By the dawn of Prohibition, the Schlitz Brewing Company had used its tagline, “The Beer that Made Milwaukee Famous,” to establish itself as the top-selling beer in the United States. The Schlitz story began in 1848, when August Krug hired a man named Joseph Schlitz as an accountant at his Krug Brewery. Eight years later, after Krug’s death, Schlitz married his former boss’s widow put his own name on the brewery. Following the Great Chicago Fire in 1871, Schlitz’s took over the suddenly-beerless windy city and grew his brand into one of the most recognized in the nation.
A big reason for the success of the product was its iconic advertising material. In the 1880s, the “belted globe” logo was introduced and the “Made Milwaukee Famous” tagline was added in the early 1890s. It was almost unthinkable that Schlitz would drop the tagline but, with the constitutional ban on alcoholic beverages, the brewery – and Milwaukee’s many other beermakers – would be forced to improvise in ways they had never imagined.
Although Milwaukee never really went “dry” during Prohibition, the city’s major breweries needed to find new ways to keep their brands alive and generate a profit. Miller Brewing – changing its name to “Miller Products” – produced a line of malted products, as well as soda and “near beer.” The transition was so disastrous that the Miller family put the company up for sale in 1925, but held on to it when no serious bidder emerged. Blatz, the third-largest brewer in the city, also got into the non-alcoholic beverage game. Pabst sold a malt extract drink marketed for nursing mothers and expanded into another beloved Wisconsin market, producing a cheese product called “Pabst-ett.” The bricks of cheese were aged in the brewery’s Milwaukee ice cellars and ended being pretty popular, with more than 8 million pounds sold during the 1930s.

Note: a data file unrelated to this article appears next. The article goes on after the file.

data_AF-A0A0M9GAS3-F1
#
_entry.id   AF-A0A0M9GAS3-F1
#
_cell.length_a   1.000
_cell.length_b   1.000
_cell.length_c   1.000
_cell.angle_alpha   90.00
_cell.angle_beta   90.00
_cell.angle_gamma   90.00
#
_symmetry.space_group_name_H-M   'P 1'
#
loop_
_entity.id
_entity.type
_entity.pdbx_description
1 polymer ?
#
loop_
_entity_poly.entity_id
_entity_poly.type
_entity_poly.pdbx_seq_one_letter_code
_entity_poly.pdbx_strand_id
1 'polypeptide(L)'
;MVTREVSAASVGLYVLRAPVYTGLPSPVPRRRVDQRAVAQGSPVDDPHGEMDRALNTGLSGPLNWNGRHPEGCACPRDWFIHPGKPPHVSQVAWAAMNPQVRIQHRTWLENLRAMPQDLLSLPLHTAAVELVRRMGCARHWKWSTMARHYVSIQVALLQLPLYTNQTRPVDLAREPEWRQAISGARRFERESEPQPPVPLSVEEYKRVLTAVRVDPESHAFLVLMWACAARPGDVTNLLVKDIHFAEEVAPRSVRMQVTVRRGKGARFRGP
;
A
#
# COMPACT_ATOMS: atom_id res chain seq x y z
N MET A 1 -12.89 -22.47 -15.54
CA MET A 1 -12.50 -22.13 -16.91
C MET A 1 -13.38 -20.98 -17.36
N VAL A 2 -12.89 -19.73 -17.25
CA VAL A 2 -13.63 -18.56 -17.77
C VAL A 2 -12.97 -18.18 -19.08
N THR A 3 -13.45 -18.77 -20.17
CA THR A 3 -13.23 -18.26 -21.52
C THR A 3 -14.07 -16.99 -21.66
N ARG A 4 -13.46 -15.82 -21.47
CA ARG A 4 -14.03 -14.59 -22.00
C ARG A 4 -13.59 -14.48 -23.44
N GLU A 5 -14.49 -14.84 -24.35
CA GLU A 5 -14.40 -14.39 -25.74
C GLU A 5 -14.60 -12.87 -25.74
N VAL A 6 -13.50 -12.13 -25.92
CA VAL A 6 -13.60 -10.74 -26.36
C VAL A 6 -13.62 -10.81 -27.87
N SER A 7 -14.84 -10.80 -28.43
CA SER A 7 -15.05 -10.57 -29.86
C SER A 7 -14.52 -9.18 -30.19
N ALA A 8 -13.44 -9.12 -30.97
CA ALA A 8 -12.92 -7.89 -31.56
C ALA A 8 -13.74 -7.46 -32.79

Schlitz – renamed the “Schlitz Beverage Company” during Prohibition – adapted its famous slogan to “The Name that made Milwaukee Famous.” While many of Schlitz’s lower-profile moves during Prohibition, such as land investments and the sale of their share in the American Tobacco Company, kept the company profitable, its more visible ventures were less than successful. A “cereal beverage” called “Famo” failed to gain a significant following. A line of chocolate bars known as “Eline’s” (the phonetic spelling of the Uihlein family name, who had taken control of the company after Joseph Schlitz’s death) was a tremendous flop – the chocolate’s flavor was ruined by a fish-oil coated wrapped used on the product.
With the repeal of the 18th Amendment in 1933, Milwaukee’s beermakers once again returned to what they knew best and their bottom lines regained their health. And Schlitz, once again the Beer that made Milwaukee Famous, was able to return that word to their advertising material.
Antique Milwaukee is a new Milwaukee Magazine web series that takes a closer look at objects and curiosities from around town that have a story to tell. We’ll reveal a piece of Milwaukee’s history through a new artifact in each installment.